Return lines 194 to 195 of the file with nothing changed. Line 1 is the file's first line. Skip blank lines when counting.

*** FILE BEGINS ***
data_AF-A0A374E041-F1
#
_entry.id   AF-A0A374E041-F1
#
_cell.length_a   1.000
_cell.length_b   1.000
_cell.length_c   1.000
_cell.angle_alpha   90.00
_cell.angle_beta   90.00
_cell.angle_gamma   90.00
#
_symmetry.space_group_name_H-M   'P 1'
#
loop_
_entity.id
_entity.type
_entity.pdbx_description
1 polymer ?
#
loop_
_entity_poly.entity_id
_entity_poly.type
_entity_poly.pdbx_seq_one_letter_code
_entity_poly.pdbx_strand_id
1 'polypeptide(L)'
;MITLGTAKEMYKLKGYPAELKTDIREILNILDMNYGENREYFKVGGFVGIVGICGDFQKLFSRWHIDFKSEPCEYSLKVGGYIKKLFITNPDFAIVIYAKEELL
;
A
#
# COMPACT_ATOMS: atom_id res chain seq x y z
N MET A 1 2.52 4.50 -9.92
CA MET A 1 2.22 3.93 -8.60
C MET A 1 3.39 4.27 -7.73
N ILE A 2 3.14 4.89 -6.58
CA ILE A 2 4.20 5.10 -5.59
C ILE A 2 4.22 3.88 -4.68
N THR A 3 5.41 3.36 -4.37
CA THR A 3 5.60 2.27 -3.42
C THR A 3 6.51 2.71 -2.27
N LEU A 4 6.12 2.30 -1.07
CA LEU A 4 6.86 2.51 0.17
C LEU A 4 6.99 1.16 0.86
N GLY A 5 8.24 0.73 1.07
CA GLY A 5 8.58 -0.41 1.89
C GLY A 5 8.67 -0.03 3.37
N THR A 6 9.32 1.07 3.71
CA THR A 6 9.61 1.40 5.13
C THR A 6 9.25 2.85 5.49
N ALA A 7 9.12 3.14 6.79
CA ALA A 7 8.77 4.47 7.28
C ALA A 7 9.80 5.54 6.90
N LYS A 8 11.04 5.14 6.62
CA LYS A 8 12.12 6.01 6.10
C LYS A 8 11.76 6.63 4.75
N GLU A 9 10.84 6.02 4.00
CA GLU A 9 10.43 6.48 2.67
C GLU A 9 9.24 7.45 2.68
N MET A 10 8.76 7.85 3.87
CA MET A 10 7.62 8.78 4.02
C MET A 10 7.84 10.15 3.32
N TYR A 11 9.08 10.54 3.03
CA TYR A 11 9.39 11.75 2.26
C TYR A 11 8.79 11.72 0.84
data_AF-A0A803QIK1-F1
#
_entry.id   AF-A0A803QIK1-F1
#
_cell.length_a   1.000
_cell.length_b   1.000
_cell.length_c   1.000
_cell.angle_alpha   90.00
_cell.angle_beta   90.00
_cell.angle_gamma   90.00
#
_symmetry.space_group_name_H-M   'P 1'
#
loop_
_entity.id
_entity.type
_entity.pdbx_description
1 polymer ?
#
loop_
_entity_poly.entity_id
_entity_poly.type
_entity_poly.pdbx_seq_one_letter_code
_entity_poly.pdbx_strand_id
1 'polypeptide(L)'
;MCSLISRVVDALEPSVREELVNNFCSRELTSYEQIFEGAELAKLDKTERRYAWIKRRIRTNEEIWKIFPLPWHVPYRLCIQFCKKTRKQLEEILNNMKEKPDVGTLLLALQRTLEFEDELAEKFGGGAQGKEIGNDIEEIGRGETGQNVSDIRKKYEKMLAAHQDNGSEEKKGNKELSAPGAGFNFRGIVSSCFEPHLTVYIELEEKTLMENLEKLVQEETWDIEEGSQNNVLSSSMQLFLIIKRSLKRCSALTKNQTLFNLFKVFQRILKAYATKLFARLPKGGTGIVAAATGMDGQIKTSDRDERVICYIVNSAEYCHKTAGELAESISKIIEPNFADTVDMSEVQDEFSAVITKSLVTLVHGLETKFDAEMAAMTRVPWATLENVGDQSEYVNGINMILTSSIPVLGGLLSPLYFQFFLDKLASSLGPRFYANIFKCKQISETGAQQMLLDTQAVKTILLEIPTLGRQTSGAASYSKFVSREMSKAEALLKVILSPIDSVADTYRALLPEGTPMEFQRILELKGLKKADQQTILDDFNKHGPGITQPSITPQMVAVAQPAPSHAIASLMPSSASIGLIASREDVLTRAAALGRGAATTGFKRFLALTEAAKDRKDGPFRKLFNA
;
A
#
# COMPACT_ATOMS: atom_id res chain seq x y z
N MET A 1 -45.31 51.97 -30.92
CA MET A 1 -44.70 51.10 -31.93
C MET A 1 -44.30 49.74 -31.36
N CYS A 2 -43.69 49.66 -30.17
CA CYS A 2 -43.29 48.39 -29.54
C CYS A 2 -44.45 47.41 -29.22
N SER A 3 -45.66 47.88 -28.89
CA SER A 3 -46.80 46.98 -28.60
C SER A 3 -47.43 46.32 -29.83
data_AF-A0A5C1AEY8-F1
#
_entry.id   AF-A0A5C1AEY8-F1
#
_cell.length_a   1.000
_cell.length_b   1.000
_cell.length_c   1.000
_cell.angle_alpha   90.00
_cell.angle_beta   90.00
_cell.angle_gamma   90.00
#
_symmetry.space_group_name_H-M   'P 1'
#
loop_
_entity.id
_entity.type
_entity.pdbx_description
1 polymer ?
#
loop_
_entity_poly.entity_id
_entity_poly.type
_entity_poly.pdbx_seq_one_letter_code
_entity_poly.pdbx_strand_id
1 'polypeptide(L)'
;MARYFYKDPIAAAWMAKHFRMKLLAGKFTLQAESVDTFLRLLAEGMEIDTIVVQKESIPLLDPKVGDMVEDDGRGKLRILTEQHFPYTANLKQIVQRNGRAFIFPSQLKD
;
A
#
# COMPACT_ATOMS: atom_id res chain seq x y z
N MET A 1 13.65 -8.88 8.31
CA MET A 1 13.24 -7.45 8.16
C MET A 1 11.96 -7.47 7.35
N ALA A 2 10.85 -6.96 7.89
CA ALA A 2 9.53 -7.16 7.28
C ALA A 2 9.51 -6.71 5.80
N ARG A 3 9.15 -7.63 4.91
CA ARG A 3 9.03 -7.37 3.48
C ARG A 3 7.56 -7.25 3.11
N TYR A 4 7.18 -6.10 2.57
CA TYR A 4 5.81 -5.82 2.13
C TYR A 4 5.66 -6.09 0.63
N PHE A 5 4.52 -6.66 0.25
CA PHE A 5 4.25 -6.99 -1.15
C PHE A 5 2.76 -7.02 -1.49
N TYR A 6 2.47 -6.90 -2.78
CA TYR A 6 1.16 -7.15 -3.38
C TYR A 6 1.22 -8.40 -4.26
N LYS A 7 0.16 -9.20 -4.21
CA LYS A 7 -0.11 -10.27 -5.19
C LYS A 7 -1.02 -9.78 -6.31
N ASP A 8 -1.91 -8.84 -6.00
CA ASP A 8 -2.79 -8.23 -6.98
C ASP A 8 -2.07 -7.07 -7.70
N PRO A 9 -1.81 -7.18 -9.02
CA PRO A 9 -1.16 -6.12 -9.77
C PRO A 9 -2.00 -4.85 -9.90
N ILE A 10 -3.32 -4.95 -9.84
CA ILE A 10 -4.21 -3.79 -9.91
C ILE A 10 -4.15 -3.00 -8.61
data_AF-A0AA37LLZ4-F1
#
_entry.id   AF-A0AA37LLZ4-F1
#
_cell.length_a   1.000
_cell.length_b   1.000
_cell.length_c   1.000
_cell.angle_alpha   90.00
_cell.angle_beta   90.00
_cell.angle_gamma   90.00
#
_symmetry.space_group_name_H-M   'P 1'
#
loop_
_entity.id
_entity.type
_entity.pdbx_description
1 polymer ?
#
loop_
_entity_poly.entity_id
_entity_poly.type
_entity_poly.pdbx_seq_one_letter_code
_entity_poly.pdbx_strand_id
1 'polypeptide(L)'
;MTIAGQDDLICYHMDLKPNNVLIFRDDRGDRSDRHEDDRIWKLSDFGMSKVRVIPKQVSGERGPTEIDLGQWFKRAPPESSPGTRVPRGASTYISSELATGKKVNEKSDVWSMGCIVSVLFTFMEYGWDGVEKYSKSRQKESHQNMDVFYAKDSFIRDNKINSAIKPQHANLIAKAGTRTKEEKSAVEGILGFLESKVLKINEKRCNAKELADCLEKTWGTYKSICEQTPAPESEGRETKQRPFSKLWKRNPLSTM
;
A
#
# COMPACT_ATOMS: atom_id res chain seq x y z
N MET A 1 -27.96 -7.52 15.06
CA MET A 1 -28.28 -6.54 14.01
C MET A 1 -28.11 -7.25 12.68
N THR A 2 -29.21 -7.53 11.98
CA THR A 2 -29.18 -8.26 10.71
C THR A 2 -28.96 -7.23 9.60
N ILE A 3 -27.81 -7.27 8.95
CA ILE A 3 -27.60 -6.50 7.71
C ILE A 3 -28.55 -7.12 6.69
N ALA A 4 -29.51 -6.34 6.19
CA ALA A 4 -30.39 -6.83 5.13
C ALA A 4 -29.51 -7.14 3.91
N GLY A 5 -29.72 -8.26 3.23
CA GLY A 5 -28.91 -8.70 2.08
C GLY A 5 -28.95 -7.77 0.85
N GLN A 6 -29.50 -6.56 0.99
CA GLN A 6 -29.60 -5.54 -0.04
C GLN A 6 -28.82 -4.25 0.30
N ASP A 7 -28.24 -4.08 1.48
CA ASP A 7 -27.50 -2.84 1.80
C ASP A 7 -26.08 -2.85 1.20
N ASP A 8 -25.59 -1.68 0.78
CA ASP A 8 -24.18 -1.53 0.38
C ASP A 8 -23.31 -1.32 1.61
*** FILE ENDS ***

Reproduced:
CA MET A 1 -28.28 -6.54 14.01
C MET A 1 -28.11 -7.25 12.68